President Donald Trump could be indicating his highest international priority in traveling to the Middle East ahead of European summits later this month, experts say, while also honoring three of the world’s major religions.

“[Trump] recognizes the importance of bringing all of our partners together,” @SHSanders45

Trump will travel to Saudi Arabia, then to Israel, and finally to Italy to visit the Vatican in Rome. This will be his first international trip as president.

The president announced the travel to centers of three major religions–Islam, Judaism, and Christianity–during a National Day of Prayer event Thursday in the Rose Garden of the White House.

The trip comes ahead news came ahead of already-scheduled travel to Brussels for the NATO summit May 25 and a Group of Seven, or G7, gathering May 27 in Sicily.

Trump’s travel plans are a good sign to American allies following President Barack Obama’s two terms, said Mike Makovsky, a former Pentagon official who is now the president of the Jewish Institute for National Security of America.

“President Trump has had this image of a great disruptor, but this shows he is a great restorer of our ties with our traditional allies,” Makovsky told The Daily Signal. “This is an important message after eight years of Obama. It reverberates globally by reassuring our traditional allies, who realize this is a good signal.”

Even with other problems abroad such as North Korea, the Trump administration is focusing much attention on the Middle East with challenges including the Islamic State terrorist army, the civil war in Syria, an emboldened Iran, and unstable countries such as Iraq and Libya.

“The Middle East is a big problem and he wants to do something to address it,” said Richard Benedetto, an adjunct professor in American University’s government department, adding:

It’s significant that Saudi Arabia is the first stop. They have been our second-closest ally [after Israel] in the Middle East and our closest Arab ally. Each president–Bill Clinton, George W. Bush, Barack Obama–has worked closely with the Saudis.

While in Saudi Arabia, Trump is scheduled to meet with leaders of the five other countries of the Gulf Cooperation Council, a political and economic alliance of Arab nations. They are Bahrain, Kuwait, Oman, Qatar, and the United Arab Emirates.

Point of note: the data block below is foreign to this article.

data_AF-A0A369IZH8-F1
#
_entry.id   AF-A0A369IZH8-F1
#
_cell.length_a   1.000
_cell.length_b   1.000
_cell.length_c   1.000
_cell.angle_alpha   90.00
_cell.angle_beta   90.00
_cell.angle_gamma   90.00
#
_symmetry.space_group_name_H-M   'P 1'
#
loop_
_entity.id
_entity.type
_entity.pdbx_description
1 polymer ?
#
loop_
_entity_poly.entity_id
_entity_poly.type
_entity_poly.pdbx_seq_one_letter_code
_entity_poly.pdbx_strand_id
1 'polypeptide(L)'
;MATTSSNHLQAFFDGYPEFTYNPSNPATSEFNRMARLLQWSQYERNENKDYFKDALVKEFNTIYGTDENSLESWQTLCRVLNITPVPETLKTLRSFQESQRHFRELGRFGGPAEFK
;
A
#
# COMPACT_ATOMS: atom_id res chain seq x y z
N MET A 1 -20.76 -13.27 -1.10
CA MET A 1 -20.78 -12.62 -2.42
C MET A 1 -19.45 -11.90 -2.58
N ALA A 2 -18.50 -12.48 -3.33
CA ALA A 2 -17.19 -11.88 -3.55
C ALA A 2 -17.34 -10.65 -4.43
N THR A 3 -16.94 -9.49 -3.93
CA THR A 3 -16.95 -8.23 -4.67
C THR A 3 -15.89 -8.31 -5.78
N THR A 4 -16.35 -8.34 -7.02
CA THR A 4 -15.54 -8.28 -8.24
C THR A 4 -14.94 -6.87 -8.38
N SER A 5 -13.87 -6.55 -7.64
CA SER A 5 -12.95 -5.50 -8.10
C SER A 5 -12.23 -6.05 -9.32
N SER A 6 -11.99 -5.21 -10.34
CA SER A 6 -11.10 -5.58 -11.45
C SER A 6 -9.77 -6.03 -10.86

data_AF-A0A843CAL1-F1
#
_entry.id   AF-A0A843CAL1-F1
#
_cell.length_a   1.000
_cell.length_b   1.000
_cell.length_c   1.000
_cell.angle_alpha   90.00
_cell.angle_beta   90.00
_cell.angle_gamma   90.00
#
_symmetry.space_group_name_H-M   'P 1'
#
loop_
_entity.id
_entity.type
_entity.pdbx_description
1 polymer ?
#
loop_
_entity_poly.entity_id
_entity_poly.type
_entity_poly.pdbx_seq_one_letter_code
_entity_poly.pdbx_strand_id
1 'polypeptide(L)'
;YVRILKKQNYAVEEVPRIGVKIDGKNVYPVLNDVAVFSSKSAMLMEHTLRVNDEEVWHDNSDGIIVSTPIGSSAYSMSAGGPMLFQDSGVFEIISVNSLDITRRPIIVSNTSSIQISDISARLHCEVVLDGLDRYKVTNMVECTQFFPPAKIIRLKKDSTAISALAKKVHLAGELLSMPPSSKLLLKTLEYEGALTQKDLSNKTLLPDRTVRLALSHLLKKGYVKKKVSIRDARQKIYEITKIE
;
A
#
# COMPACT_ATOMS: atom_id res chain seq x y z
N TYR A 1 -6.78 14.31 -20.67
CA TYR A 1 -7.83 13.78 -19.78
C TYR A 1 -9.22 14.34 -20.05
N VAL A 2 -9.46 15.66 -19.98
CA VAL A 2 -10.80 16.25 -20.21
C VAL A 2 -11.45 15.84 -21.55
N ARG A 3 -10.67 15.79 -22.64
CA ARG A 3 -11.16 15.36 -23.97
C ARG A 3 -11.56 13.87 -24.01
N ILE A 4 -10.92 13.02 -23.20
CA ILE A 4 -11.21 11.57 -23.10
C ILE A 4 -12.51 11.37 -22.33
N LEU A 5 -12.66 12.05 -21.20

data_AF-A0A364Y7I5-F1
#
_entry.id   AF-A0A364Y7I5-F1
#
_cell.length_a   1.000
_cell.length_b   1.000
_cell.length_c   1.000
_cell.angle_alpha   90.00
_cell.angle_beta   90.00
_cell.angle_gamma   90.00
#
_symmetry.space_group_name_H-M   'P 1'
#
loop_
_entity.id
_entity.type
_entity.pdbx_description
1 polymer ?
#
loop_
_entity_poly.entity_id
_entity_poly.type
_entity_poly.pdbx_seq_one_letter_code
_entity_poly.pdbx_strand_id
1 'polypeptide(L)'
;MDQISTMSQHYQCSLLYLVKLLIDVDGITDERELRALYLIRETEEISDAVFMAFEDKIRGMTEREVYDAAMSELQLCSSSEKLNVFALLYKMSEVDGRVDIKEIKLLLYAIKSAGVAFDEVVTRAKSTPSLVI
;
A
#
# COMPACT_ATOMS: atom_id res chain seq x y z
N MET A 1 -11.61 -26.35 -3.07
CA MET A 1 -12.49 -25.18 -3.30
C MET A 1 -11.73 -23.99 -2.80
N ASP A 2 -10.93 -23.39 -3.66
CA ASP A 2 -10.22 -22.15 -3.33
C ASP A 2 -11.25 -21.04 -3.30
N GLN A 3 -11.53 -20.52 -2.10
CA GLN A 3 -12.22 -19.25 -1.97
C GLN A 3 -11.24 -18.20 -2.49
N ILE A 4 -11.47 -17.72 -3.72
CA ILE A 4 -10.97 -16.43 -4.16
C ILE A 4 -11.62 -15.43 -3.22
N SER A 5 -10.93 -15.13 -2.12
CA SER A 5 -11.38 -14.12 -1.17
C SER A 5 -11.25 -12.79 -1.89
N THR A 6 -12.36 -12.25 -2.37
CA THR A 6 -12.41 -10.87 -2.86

“He recognizes the importance of bringing all of our partners together, and certainly looking for ways that we can combat some of the greatest threats to all of the world,” White House spokeswoman Sarah Huckabee Sanders said of the president at a press briefing Thursday. “And that’s going to take some buy-in and some of the people in the Middle East taking a larger stake in that process, and I think that’s a big part of what we’re going to see on that trip.”

America needs the participation of four key countries for a coalition to help stabilize the Middle East and combat the Islamic State—Egypt, Israel, Jordan, and Saudi Arabia—said James Carafano, vice president for national security and foreign policy studies at The Heritage Foundation.

Trump already has visited with the leaders of Egypt, Israel, and Jordan at the White House. He is going to Saudi Arabia. He will handle the Middle East differently than his immediate predecessors, Obama and Bush, Carafano said.

“This trip will have a specific operational component, it’s not just for balance or checking off boxes,” Carafano told The Daily Signal, adding:

He wants to re-engage with the Middle East, not as Bush did in a muscular way, and obviously not in a lead-from-behind Obama way. Unlike Europe, with the Middle East, everything is bilateral. Relationships are important.

Trump met earlier in the past week with Palestinian Authority President Mahmoud Abbas, and frequently has talked about the Middle East peace process. However, showing commitment to a peace deal is as much strategy as it is a goal, Carafano said, explaining that it’s an important way to get Arab allies on board for other U.S. national security priorities.

The third destination, a visit with Pope Francis at the Vatican, might be a harmonious way to check a box after going to the holy cities of Islam and Judaism, Carafano said.

Still, considering the rhetorical clash the pope and Trump had during the 2016 campaign over immigration, Benedetto said, their meeting will have symbolic importance.

“Americans have always seen the pope as a world spiritual leader,” Benedetto said. “Trump’s executive order seemed to be a way of showing he cares for people of faith, and this meeting could show that moral leadership is important to him.”

Trump signed an executive order on religious freedom Thursday that directed the Internal Revenue Service not to target political speech by leaders of churches and other houses of worship. It also eased Obamacare-related regulatory burdens on religious organizations.

Bridging the gap could be worthwhile, said Craig Shirley, a presidential historian whose most recent book is  “Reagan Rising: The Decisive Years, 1976 to 1980.”

President Ronald Reagan’s relationship with Pope John Paul II was “world altering” in ending the Cold War, Shirley said.

“I don’t know if we could see that here without a strategic alignment against Islamic terrorism, as there was against Soviet communism,” Shirley told The Daily Signal. “Being from Poland, Pope John Paul II saw Soviet communism first hand. Pope Francis hasn’t directly experienced Islamic terrorism.”